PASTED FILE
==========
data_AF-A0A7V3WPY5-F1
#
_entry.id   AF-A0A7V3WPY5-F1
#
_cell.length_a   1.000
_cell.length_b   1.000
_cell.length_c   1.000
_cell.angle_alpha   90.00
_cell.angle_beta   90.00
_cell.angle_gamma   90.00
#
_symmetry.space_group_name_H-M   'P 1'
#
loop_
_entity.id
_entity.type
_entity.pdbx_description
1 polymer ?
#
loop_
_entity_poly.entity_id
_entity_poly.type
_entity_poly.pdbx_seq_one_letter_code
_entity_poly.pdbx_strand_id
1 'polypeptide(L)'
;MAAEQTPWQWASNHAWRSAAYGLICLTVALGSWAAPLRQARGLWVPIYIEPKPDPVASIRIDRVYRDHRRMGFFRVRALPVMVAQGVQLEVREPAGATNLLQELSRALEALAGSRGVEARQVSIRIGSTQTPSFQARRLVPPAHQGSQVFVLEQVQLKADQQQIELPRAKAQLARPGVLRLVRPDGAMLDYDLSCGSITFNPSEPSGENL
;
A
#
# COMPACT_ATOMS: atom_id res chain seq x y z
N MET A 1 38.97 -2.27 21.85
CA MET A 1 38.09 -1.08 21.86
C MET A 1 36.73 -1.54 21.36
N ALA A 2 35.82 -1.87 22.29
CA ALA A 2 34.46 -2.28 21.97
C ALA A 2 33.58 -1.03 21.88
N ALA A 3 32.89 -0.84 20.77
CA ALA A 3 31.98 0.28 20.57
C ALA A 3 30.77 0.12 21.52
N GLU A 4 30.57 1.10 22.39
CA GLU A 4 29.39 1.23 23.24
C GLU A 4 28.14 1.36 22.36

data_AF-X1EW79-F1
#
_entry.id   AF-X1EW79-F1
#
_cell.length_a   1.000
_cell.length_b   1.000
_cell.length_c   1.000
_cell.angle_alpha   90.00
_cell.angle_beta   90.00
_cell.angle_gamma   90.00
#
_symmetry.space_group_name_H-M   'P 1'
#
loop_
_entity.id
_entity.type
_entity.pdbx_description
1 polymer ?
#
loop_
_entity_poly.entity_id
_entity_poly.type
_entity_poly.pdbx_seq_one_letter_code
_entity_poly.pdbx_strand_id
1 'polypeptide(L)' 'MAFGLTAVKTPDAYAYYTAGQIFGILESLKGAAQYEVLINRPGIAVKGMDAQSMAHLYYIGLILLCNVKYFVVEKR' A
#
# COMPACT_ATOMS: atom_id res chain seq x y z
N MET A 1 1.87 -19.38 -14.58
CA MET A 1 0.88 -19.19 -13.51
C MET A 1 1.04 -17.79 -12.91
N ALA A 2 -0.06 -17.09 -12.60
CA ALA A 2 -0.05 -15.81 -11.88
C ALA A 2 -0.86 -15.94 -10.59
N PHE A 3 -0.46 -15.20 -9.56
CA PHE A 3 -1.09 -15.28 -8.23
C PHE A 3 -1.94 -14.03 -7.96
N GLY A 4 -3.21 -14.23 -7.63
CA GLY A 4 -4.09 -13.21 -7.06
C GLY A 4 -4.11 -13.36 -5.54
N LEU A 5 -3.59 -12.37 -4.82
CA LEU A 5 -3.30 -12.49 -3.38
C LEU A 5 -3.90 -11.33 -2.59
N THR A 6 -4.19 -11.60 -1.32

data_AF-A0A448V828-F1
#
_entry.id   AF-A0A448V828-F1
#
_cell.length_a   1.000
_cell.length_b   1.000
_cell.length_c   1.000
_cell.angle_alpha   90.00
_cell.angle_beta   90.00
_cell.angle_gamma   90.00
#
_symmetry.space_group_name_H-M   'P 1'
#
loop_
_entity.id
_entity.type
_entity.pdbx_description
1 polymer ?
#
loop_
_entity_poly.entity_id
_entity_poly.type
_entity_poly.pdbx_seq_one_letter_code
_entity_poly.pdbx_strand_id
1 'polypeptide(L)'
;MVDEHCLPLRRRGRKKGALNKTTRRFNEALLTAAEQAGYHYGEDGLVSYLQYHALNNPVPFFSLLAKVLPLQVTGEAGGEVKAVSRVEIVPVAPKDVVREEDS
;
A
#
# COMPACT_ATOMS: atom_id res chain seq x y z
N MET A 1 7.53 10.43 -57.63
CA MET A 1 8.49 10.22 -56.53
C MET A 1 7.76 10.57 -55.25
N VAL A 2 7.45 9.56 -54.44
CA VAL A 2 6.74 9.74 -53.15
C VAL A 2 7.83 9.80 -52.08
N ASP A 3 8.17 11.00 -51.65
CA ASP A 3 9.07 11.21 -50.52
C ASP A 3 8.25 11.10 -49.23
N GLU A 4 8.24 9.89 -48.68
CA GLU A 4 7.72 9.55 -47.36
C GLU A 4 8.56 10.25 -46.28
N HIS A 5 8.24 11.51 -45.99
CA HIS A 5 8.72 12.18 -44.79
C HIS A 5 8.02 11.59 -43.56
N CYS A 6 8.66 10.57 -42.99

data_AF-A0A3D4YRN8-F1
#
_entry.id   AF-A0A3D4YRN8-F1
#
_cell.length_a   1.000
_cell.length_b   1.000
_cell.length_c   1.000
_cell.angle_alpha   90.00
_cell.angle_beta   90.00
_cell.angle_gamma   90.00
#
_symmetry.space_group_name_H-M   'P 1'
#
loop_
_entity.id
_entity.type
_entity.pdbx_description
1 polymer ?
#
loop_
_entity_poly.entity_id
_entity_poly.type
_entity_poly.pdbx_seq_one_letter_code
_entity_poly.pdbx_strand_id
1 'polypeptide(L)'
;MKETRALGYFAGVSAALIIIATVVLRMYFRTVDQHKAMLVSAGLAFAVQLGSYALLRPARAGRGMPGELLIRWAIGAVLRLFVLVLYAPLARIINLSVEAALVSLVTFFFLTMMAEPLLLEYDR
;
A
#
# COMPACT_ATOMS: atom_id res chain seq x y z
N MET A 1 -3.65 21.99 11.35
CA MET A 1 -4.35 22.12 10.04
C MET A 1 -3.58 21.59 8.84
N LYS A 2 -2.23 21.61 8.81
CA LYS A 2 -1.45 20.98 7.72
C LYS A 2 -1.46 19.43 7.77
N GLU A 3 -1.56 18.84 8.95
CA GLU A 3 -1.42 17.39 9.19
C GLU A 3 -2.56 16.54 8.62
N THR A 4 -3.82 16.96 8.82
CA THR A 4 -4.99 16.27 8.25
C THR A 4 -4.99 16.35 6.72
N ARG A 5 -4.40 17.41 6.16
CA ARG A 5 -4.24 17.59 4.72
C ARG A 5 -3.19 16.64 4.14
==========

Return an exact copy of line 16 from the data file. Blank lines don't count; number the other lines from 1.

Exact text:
_entity.type